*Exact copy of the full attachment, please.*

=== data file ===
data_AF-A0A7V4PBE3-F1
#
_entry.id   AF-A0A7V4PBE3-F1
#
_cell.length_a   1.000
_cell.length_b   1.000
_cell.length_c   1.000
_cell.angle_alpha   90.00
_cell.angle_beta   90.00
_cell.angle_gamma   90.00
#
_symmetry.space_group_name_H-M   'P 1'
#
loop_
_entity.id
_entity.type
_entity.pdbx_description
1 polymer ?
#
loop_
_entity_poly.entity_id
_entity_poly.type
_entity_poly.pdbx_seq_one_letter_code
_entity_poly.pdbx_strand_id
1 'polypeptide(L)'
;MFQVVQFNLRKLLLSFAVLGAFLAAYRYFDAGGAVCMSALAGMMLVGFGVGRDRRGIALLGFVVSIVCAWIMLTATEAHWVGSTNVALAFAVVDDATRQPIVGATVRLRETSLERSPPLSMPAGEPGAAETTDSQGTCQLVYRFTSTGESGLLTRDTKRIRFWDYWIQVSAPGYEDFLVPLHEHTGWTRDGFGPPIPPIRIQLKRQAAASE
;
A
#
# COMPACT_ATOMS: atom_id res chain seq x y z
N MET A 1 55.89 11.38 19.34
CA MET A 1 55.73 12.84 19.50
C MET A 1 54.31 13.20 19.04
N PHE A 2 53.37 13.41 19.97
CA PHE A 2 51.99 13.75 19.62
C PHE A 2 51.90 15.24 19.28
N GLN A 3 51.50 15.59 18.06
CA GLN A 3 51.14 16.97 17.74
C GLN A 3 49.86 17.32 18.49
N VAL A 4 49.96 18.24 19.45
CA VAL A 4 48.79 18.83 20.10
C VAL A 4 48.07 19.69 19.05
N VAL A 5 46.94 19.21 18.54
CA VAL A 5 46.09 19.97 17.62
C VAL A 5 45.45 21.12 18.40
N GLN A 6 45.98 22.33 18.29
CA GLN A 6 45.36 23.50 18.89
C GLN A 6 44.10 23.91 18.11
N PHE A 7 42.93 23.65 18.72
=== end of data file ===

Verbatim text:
data_AF-A0A7V4PBE3-F1
#
_entry.id   AF-A0A7V4PBE3-F1
#
_cell.length_a   1.000
_cell.length_b   1.000
_cell.length_c   1.000
_cell.angle_alpha   90.00
_cell.angle_beta   90.00
_cell.angle_gamma   90.00
#
_symmetry.space_group_name_H-M   'P 1'
#
loop_
_entity.id
_entity.type
_entity.pdbx_description
1 polymer ?
#
loop_
_entity_poly.entity_id
_entity_poly.type
_entity_poly.pdbx_seq_one_letter_code
_entity_poly.pdbx_strand_id
1 'polypeptide(L)'
;MFQVVQFNLRKLLLSFAVLGAFLAAYRYFDAGGAVCMSALAGMMLVGFGVGRDRRGIALLGFVVSIVCAWIMLTATEAHWVGSTNVALAFAVVDDATRQPIVGATVRLRETSLERSPPLSMPAGEPGAAETTDSQGTCQLVYRFTSTGESGLLTRDTKRIRFWDYWIQVSAPGYEDFLVPLHEHTGWTRDGFGPPIPPIRIQLKRQAAASE
;
A
#
# COMPACT_ATOMS: atom_id res chain seq x y z
N MET A 1 55.89 11.38 19.34
CA MET A 1 55.73 12.84 19.50
C MET A 1 54.31 13.20 19.04
N PHE A 2 53.37 13.41 19.97
CA PHE A 2 51.99 13.75 19.62
C PHE A 2 51.90 15.24 19.28
N GLN A 3 51.50 15.59 18.06
CA GLN A 3 51.14 16.97 17.74
C GLN A 3 49.86 17.32 18.49
N VAL A 4 49.96 18.24 19.45
CA VAL A 4 48.79 18.83 20.10
C VAL A 4 48.07 19.69 19.05
N VAL A 5 46.94 19.21 18.54
CA VAL A 5 46.09 19.97 17.62
C VAL A 5 45.45 21.12 18.40
N GLN A 6 45.98 22.33 18.29
CA GLN A 6 45.36 23.50 18.89
C GLN A 6 44.10 23.91 18.11
N PHE A 7 42.93 23.65 18.72